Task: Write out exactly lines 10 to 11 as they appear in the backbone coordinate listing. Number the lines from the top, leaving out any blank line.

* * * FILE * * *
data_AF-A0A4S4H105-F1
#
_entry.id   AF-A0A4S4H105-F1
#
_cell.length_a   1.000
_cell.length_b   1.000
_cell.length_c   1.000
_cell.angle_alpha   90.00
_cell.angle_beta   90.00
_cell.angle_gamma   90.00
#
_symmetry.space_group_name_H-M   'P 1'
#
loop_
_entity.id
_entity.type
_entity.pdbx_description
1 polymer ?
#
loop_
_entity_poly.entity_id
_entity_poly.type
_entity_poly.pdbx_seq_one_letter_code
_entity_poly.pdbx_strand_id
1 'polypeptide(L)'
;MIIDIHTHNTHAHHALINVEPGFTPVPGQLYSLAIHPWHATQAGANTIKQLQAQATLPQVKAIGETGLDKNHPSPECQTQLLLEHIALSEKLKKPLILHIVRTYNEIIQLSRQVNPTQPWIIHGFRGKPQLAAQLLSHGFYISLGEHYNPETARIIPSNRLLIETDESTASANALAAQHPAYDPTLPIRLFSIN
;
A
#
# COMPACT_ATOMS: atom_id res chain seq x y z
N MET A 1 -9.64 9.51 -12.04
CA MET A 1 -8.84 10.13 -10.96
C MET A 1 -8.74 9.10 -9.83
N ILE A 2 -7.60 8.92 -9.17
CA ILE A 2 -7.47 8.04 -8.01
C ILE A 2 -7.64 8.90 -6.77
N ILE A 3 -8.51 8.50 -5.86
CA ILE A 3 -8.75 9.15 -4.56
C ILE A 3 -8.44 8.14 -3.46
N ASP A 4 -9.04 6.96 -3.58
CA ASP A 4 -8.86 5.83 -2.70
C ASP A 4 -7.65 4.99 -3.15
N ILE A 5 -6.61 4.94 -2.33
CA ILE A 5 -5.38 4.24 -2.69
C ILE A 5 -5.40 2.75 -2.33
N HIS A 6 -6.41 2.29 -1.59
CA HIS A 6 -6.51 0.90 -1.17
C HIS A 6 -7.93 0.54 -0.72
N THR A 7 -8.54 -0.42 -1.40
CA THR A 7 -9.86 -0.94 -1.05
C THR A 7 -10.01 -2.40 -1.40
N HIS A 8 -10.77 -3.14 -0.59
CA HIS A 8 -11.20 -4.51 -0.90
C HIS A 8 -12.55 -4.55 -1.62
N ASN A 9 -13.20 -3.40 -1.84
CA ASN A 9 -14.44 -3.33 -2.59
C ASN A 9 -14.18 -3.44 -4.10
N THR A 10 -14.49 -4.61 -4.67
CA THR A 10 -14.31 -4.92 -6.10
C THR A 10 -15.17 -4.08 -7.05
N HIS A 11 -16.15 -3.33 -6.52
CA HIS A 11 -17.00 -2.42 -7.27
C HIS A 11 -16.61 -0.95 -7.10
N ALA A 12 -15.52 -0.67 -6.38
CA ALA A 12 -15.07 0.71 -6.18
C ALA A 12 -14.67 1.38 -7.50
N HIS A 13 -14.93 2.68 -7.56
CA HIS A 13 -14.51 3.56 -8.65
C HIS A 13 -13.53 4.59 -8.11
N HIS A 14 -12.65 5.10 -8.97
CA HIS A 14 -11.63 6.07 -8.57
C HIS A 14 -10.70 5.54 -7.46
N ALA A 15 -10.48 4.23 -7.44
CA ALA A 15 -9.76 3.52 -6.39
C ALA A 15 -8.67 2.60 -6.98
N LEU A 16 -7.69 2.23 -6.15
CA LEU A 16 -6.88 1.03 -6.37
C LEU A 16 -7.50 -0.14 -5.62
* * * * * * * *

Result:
_cell.angle_gamma   90.00
#